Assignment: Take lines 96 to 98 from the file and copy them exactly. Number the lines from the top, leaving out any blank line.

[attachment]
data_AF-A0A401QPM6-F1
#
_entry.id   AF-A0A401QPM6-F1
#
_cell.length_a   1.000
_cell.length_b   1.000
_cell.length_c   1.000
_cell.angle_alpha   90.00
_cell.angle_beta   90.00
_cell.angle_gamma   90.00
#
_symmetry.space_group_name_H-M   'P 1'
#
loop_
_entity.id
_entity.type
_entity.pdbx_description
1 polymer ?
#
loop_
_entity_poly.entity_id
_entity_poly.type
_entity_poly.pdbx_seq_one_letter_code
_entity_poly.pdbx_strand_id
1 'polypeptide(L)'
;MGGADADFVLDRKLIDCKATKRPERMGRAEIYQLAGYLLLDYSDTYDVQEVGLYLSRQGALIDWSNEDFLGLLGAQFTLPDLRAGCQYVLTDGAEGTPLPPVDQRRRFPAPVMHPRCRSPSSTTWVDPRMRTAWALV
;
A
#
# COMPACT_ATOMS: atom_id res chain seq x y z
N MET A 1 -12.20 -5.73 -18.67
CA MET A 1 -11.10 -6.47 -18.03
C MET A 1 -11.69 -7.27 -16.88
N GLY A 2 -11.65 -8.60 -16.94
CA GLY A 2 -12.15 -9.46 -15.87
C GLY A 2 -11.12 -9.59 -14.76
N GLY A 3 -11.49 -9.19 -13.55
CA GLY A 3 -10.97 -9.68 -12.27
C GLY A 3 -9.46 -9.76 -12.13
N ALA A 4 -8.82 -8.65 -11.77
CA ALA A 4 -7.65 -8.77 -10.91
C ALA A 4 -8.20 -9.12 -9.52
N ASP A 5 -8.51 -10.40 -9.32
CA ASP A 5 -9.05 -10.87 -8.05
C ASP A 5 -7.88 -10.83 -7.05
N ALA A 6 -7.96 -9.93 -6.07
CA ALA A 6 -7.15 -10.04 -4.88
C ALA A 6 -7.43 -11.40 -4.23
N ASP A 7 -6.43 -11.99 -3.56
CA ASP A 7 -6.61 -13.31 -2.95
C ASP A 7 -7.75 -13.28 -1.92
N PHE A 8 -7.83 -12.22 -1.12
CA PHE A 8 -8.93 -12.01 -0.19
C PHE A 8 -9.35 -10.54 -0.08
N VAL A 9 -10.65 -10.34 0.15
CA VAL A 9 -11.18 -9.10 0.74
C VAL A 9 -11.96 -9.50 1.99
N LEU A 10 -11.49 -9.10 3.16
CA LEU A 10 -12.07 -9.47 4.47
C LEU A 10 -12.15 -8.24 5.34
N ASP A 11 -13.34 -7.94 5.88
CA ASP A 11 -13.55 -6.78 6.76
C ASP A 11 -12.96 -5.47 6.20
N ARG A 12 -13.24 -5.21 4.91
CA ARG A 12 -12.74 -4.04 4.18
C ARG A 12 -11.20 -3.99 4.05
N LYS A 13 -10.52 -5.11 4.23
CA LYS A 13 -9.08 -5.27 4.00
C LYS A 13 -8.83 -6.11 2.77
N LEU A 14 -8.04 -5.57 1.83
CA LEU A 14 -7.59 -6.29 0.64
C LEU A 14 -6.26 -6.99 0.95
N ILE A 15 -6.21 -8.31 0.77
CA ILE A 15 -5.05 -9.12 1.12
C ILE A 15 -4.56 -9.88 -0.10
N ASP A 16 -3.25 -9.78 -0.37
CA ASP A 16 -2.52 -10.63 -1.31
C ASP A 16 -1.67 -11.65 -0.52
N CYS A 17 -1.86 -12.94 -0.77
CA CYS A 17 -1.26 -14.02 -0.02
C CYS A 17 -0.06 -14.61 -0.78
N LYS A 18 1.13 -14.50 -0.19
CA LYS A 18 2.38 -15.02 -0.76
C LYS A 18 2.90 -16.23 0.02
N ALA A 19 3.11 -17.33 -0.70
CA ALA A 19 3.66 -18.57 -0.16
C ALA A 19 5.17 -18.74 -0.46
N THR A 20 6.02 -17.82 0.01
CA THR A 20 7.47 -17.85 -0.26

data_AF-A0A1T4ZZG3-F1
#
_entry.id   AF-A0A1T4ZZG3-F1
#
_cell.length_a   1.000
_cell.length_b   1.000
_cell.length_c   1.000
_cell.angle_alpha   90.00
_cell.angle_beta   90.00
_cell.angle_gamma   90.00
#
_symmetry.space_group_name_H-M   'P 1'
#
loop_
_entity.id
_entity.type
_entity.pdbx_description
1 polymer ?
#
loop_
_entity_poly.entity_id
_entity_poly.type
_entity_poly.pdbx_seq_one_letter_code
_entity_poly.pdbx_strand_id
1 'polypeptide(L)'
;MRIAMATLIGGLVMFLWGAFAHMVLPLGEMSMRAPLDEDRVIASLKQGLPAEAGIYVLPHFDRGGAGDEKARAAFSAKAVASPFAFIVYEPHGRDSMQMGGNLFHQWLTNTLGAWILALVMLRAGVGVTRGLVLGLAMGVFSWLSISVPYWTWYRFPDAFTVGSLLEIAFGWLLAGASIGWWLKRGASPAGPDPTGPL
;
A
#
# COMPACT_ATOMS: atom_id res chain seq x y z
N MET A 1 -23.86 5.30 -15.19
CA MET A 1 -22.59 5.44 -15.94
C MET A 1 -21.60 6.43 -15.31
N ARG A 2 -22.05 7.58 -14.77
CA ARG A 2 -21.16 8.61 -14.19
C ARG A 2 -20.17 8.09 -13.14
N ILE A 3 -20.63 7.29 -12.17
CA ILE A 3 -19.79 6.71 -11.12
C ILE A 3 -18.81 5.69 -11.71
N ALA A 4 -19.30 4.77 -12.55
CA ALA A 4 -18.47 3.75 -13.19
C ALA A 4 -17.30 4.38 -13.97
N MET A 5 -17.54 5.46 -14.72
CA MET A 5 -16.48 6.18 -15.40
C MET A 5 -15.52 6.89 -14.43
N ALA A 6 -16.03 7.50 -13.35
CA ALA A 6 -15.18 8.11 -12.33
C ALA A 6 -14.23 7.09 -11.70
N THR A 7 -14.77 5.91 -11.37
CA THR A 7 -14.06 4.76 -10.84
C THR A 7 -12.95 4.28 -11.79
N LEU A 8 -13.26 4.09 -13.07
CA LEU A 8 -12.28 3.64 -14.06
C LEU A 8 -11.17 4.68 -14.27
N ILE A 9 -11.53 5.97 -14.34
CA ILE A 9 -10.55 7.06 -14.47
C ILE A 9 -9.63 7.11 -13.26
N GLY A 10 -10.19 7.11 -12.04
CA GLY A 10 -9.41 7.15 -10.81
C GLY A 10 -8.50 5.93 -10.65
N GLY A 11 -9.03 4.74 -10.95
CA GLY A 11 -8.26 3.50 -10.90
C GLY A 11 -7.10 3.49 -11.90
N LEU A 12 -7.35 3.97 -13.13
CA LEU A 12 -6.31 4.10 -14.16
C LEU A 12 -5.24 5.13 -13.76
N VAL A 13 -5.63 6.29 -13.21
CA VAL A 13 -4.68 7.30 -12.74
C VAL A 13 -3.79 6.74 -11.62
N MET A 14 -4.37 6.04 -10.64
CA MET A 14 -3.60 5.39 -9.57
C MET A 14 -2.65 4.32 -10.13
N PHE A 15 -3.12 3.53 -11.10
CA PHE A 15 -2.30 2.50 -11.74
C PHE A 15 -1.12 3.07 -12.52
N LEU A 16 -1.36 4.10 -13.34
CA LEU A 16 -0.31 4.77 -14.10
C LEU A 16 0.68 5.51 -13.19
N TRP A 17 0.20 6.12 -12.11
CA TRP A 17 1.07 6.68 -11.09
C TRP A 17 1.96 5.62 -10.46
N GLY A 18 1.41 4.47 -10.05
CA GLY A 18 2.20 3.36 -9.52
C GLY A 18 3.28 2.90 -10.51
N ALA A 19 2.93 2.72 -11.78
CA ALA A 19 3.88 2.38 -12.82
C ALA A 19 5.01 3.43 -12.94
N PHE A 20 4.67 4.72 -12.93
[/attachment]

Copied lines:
_cell.length_c   1.000
_cell.angle_alpha   90.00
_cell.angle_beta   90.00